Alaska’s Silvery Gold Rush

A worker at the Seafood Producers Cooperative plant in Sitka hauls halibut off of a trawler. (Scott Sell)

Every ounce is valuable. So valuable, in fact, that those difficult first cuts, if done poorly, will leave dollars on the floor.

It’s mostly a mechanized process, but the head and tail are removed with a handheld knife. Then the fish’s glistening body is placed on a short conveyor belt and moved to a device that splits it into filets.

Thought, care, and value—they are evident in and guide every phase of handling and processing this Alaskan salmon. And thanks to some innovative thinking decades ago, the men who haul these beautiful, iconic creatures from the sea to the plant can earn a living doing so.

It’s only been an hour since the fish was landed in the waters off Sitka, one of Alaska’s busiest fishing ports, and brought to the Seafood Producers Cooperative (SPC). It is fresh, and about to have its picture taken. That’s not surprising, because the fish is indeed photogenic, its silver and pink streaks visible through the slurry of ice in which it is packed. But the digital photo is made so a three-dimensional image can direct the mechanized cutting, customizing it for this particular fish.

As the processing begins, Craig, wearing a hairnet and sporting a goatee, encourages me to look down through a window into a stainless-steel box. How strange and wonderful to see the inner workings of this machine. The fish approaches, and then the camera’s flash follows. A seeming perfect filet is suctioned tight against the conveyor belt so it can’t move as the robotic blades trim. Then skilled human hands “pin-bone” the meat, removing any remaining aesthetic or culinary imperfections.

In this picture-perfect state, the filet is vacuum-packed and takes its place as the modern version of Alaskan gold.

It is as sophisticated and impressive a processing facility as I have ever seen, and it is owned by fishermen. And they are fishermen with clear-eyed views of the competitive market in which they operate. I observe and think of Maine, perhaps naively and idealistically; how might this success story be shared with the state’s lobster industry?

LANDING

F/V TYEE looks to be about 40 feet long, a wooden boat built in the 1920s, cared for and run by a long line of fishermen. She glides into Sitka harbor and takes her place among four other boats along the wharf. Hoists lower baskets deep into the hold where a crew of three works steadily, this final push ending three days at sea.

These are Alaskan long-line fishermen, famous for their commitment to “one hook, one fish” in catching salmon.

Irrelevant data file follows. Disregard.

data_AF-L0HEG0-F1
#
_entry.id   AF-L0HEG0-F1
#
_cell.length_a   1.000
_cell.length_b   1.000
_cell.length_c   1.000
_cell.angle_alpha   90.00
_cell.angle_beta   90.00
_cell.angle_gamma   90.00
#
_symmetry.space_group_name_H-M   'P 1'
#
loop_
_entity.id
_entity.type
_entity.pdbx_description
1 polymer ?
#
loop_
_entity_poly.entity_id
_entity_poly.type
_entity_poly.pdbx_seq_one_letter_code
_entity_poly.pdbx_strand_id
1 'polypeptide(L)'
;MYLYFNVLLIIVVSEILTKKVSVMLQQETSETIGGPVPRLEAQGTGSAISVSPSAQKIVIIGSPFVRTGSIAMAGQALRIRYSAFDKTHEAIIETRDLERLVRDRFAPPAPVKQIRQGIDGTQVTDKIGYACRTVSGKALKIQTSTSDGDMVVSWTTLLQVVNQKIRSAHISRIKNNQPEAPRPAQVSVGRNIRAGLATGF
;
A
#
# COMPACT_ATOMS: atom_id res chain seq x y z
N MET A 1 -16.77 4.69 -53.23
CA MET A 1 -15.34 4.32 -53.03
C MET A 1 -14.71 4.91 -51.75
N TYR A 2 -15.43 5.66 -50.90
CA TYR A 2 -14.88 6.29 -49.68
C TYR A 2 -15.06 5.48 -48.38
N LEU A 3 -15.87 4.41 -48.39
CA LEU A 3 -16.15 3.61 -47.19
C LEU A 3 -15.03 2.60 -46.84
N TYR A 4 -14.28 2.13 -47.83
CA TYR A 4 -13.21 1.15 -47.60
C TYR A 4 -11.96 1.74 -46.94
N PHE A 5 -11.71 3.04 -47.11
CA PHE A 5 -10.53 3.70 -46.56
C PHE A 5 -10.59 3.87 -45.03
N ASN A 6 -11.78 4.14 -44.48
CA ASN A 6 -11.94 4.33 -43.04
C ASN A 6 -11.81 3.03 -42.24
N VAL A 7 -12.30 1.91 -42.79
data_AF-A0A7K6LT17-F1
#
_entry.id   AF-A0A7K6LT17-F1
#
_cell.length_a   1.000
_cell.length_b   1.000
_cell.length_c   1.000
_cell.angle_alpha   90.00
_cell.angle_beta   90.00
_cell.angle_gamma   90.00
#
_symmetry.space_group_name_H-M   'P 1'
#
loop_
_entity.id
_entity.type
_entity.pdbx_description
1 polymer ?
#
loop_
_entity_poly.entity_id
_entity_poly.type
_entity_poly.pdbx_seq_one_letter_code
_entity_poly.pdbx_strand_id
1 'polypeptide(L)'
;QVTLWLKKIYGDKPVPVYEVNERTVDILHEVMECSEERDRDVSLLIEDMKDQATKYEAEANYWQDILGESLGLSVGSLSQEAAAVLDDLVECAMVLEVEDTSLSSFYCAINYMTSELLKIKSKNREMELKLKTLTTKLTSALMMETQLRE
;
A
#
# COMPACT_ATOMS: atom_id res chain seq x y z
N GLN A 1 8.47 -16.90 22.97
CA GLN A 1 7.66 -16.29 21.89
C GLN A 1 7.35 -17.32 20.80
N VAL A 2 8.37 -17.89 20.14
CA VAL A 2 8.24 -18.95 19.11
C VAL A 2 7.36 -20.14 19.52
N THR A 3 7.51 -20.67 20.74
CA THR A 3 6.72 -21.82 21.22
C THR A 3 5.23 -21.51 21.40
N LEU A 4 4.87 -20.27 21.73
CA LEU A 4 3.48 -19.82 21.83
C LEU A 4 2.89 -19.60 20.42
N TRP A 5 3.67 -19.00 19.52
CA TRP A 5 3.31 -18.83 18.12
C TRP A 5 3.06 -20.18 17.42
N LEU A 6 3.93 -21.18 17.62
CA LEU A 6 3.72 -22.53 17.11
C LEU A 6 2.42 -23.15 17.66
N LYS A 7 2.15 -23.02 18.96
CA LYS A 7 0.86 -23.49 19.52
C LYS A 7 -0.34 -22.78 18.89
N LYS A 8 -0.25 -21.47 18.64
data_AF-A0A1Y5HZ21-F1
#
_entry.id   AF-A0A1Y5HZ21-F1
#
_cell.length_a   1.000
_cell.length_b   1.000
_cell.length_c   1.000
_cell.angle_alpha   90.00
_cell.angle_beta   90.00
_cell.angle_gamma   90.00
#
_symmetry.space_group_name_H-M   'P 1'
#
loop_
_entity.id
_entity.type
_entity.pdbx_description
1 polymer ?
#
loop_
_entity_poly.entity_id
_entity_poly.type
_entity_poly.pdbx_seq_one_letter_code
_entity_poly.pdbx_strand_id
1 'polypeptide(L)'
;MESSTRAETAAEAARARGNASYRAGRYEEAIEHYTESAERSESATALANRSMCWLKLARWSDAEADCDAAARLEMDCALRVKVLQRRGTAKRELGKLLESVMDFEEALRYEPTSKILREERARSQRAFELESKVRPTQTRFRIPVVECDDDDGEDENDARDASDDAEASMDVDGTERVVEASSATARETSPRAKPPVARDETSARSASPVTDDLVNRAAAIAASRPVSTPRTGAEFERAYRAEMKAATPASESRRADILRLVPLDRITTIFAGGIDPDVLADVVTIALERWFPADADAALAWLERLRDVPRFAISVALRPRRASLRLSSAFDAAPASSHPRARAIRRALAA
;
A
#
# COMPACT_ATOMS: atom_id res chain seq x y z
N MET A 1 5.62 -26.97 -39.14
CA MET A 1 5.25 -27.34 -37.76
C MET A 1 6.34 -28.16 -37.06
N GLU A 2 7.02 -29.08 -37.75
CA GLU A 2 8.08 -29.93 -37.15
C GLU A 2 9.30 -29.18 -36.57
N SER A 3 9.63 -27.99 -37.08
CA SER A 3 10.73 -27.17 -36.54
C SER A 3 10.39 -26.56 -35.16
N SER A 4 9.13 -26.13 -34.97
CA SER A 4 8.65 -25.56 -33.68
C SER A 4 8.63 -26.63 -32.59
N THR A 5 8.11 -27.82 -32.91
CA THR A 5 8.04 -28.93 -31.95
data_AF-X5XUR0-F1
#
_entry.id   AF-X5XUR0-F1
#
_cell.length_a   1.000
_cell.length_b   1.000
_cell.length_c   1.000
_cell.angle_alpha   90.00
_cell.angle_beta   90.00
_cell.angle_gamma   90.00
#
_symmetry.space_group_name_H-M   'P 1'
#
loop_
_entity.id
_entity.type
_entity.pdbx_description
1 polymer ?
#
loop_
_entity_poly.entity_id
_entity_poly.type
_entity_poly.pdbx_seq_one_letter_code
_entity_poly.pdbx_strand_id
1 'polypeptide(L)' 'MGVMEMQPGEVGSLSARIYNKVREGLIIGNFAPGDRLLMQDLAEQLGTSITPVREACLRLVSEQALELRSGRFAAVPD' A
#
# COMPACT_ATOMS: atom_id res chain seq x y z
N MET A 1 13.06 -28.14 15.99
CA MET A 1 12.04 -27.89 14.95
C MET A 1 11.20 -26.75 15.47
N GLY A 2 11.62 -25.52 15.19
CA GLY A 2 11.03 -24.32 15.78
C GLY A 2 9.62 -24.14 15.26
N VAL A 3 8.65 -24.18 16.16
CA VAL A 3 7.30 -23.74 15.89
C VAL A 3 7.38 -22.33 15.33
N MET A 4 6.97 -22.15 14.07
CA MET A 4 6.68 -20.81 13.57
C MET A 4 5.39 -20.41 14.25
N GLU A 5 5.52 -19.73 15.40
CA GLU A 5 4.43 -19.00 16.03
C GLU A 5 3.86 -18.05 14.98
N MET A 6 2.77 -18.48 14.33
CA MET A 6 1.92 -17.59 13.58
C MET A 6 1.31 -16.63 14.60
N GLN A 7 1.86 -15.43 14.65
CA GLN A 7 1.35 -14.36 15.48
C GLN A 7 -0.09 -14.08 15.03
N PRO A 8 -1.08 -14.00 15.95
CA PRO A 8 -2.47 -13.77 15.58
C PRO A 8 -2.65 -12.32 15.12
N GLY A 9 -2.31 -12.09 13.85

The urge to see more, to understand what hope may lie in this endeavor, draws me closer. I hang over the edge, maybe 15 feet above the deck, looking down through cables and beams. A glimpse into the hull, over the shoulders of Grunden-clad mariners, reveals more.

The fish are stacked head to tail, tail to head, indicating a handling that is methodical and deliberate. Fishermen step through the ice that engulfs the catch. “Bled and blasted,” the saying goes: bled immediately upon landing, gutted, and carefully filled with granular flake ice that works its way evenly throughout the fish and then blasted cold, fast, to ensure freshness.

Now hoisted onto the wharf, each fish is immediately graded as a 1 or a 2, based on quality. Sushi-grade is common here; these are some of the finest fish landed in the country. Once sorted, they are laid in a liquidy ice so fine that it suspends the fish, not allowing the weight of one to compress the meat of another.

The salmon species include coho, king, chum, pink, and sockeye; they flow across the threshold under the eyes of careful workers. And it’s not just salmon that get the treatment. The striking red “yellow-eye,” Pacific halibut, and black cod are here, still alive, having made the trip to land from depths of 1,800 to 3,000 feet.

These fish are valuable, $6 or $7 a pound for a 5,000-pound haul—a $30,000 trip, maybe more. The captain will receive 70 percent now, his first advance. Later, in January, he will get his second advance, and if all goes well, another 30 percent that will make him whole against the original dock price.

Thirty to 40 boats a day land during the spring to fall season, each unloading an average of 3,000 pounds of fish.

FISHERMAN PROCESSOR

At Seafood Producers Cooperative, there is no invisible line that fish cross—no transformation from belonging to the fisherman and then to the processor. That’s because the fisherman lands at his own processing plant.